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Top tips for moving into the Cloud

Top tips for moving into the Cloud

moving to the cloudCloud Computing expert Richard May shares some of his top tips for moving into the Cloud.

In 2012 the Cloud Computing industry is estimated to be valued at £1.2 billion within the UK and it is expected to be the number one I.T. focus for businesses. Cisco predicts that by 2012, 39% of all data centre traffic in the world will be Cloud related, growing at twice the speed of traditional means.

Software as a Service is predicted to be a leading Cloud service with IDC estimating by 2012 80% of new commercial enterprise apps will be deployed through the Cloud.

As the market grows it is also fragmenting with more providers offering varied levels of service, because of this many businesses are not receiving the level of service that they need to run their business effectively. Misleading terms and conditions and inexperienced providers are just two of the pitfalls that companies often fail to avoid.

Richard May, Managing director of virtualDCS has over 20 years’ experience working with Cloud technology, offering bespoke services that are individually tailored towards a business’s requirements. In order to help your business avoid costly mistakes, Richard has produced his top tips on moving into the Cloud.

Fully research into all your potential providers

“Cloud Computing is a relatively new I.T. division and many suppliers are also new. Due to this, the first thing I would suggest is that you fully research all your potential providers. It also is vital to know what will happen to your data if your provider becomes bankrupt, this is a scenario that often becomes overlooked. ” commented Richard.  “Asking these simple questions could save your business from disaster.”

Explore levels of availability

“When selecting a Cloud service provider, I would also recommend that you explore the levels of availability that they are offering. Instead of working on a percentage basis, the most useful way to establish a suitable level of availability for your business is to calculate how much downtime you could expect on a weekly basis. For example, 95% availability accounts for 8.4 hours downtime per week, where 99.999% availability accounts for 6.05 seconds of downtime a week. From a real time perspective, you can then suitably judge the level of availability that your business requires.”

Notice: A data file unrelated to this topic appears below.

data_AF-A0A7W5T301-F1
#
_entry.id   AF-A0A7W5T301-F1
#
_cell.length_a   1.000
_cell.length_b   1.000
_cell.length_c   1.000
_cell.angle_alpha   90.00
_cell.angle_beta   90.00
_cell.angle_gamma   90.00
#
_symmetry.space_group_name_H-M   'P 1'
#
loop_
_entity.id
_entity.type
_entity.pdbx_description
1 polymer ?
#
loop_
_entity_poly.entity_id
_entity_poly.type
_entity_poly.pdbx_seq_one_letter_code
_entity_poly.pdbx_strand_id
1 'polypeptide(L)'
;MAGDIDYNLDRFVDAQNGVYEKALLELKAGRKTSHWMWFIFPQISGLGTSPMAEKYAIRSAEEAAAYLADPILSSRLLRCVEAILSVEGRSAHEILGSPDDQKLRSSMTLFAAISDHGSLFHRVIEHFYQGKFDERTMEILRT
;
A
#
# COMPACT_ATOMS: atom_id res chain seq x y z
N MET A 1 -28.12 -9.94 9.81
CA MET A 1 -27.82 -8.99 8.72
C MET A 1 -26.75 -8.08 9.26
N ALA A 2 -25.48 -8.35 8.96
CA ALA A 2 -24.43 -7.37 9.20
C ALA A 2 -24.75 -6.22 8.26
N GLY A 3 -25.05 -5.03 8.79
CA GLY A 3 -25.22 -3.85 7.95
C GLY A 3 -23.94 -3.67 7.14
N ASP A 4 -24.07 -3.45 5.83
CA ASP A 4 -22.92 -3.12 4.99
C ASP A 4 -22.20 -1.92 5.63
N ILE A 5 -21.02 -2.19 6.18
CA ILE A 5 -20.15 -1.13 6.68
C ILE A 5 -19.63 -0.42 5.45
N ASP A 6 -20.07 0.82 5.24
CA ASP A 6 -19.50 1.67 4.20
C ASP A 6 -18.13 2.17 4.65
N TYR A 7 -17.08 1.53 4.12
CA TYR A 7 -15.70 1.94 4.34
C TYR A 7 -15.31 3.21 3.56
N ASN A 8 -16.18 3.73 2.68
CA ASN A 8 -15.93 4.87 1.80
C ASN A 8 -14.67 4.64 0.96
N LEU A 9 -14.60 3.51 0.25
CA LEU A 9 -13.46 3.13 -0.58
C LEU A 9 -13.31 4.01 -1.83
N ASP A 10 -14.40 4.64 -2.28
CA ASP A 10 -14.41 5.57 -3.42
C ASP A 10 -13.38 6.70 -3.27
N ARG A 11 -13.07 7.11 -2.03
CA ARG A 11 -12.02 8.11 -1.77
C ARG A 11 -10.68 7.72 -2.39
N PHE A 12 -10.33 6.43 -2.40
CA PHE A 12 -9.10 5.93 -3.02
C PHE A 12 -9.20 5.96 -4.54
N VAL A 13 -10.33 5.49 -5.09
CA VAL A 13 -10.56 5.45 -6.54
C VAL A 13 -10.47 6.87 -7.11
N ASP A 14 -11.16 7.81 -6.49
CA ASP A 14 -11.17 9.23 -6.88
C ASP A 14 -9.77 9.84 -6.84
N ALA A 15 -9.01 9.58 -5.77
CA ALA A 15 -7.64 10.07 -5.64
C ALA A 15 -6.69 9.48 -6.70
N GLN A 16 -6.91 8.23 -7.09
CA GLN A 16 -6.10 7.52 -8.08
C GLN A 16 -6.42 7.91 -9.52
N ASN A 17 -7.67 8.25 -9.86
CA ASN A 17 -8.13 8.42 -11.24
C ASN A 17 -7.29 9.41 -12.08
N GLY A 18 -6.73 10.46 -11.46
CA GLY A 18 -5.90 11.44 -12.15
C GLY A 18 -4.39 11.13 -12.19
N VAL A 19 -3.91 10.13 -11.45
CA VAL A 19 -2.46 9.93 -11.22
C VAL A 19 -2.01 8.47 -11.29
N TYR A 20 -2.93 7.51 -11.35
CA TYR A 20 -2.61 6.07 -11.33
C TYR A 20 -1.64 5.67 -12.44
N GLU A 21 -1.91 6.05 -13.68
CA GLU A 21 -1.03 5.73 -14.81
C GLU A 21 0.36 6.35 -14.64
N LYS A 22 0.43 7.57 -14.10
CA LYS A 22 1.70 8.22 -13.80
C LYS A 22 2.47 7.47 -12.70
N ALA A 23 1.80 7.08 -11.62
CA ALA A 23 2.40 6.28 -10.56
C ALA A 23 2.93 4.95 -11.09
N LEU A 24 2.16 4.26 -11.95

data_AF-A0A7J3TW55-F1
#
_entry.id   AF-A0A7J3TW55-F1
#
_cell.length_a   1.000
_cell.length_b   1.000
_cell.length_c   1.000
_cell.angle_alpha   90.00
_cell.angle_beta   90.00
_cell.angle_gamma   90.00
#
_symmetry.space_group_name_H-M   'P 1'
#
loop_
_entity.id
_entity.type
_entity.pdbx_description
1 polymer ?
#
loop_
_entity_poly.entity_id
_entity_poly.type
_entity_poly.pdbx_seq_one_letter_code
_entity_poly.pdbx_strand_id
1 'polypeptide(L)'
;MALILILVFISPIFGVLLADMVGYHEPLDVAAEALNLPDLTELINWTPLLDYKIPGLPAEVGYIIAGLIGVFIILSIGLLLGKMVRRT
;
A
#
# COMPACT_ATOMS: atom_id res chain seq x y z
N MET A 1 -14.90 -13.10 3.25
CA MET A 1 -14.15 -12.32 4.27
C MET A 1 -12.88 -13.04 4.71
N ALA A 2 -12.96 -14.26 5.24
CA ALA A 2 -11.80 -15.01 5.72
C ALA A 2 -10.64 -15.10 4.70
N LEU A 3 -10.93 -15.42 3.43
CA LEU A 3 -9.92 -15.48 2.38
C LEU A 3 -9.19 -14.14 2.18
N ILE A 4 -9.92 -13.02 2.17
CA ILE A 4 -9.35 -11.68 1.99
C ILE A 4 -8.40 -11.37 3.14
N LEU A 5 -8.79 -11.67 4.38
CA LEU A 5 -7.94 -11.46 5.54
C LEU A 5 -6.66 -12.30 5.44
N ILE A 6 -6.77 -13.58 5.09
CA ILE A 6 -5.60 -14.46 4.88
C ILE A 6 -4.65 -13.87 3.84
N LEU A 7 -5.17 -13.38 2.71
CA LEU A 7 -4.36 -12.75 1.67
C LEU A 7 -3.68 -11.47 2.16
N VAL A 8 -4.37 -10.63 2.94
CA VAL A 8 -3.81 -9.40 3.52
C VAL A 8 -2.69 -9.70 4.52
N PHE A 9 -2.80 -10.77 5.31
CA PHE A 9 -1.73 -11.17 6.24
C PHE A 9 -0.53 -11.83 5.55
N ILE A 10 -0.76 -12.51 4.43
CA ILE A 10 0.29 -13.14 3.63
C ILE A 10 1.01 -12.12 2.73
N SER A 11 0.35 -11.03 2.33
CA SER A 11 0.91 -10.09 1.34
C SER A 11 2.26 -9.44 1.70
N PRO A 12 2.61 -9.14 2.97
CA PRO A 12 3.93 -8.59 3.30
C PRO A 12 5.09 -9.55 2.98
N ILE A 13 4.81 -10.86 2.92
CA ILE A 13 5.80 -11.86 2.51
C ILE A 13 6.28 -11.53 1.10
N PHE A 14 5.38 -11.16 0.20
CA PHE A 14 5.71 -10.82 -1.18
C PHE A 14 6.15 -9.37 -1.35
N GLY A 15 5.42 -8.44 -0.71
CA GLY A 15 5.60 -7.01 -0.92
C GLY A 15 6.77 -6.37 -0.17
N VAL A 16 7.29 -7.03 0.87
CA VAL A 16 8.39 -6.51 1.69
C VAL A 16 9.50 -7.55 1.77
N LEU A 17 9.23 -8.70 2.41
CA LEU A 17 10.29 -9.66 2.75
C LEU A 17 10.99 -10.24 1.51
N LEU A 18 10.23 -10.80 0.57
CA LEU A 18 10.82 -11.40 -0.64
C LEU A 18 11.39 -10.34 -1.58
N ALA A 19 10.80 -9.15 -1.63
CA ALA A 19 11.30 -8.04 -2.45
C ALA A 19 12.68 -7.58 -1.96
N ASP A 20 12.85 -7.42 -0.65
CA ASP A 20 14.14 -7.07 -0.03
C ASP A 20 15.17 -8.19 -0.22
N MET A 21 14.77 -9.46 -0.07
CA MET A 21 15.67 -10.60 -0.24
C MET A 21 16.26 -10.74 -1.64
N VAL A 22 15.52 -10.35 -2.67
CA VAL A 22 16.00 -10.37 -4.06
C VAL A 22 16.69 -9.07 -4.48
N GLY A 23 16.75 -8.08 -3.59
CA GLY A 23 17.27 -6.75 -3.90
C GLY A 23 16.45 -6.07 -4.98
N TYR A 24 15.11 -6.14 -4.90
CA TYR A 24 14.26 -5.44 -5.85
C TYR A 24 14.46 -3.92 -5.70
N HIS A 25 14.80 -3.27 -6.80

Consider a disaster recovery plan

“Another common mistake is made by companies failing to fully implement a disaster recovery plan. Often, companies overlook the need to protect their data, with many companies now choosing to avoid executing a disaster recovery plan in an effort to reduce costs further. However this itself comes at a cost and I would strongly advise against it. What if something happens to your data? You would not be able to access any your vital information and your company would become unproductive,” said Richard.

Discuss your contingency plans

Even if your service provider guarantees a high level of uptime you cannot take advantage of the availability if the data centre fails and your information becomes completely inaccessible. In order to avoid this scenario it is recommended that you choose a service provider with a strong contingency plan, and it is vital that you assess this in comparison with your needs. It is also important to ask your service provider how long it will take to restore your data in the event of a disaster.”

Explore support levels

“The support level provided by the supplier is also something that a business should carefully consider before committing to a provider. If you want a quick solution to any problems that you may encounter then a good support package is highly recommended. Many companies that select a ‘cheap and cheerful’ provider turn out to be not so cheerful when they cannot access their information and they have no idea why not.”

Choose a UK location

“Currently, one of the most significant questions that you should ask is ‘are you affiliated with any American companies?’ Through partnering with an American company, your service provider and all the information they hold becomes accountable to the US Patriot Act. Within this act, all information relating to the company can be viewed by the US government whenever they feel a need to see the data. The US government is not obliged to tell you what information they have viewed, or even if they have viewed any at all,” said Richard. “This drastically impacts the privacy of any business.”

Research into the terms and conditions

“Fully researching into the terms and conditions is a vital step that many businesses fail to complete. Although a supplier promises high availability, this is not often the case. You should ask the provider to outline their definition of ‘unavailable’ as this in itself can impact the accessibility of your information.”

For instance, if a provider’s terms and conditions define a period of unavailability as any downtime over a ten minute period, your company could potentially be subjected to an unlimited number of ten minute downtime periods per month, so it is vital that you research into this” explained Richard. “If you address all these concerns when moving into the Cloud, you can make the process as smooth as possible.”

For more information on moving into the Cloud email enquiries@virtualdcs.co.uk or call 03453 888 327, you can also follow the virtualDCS team on Twitter and Facebook for all the latest news and information.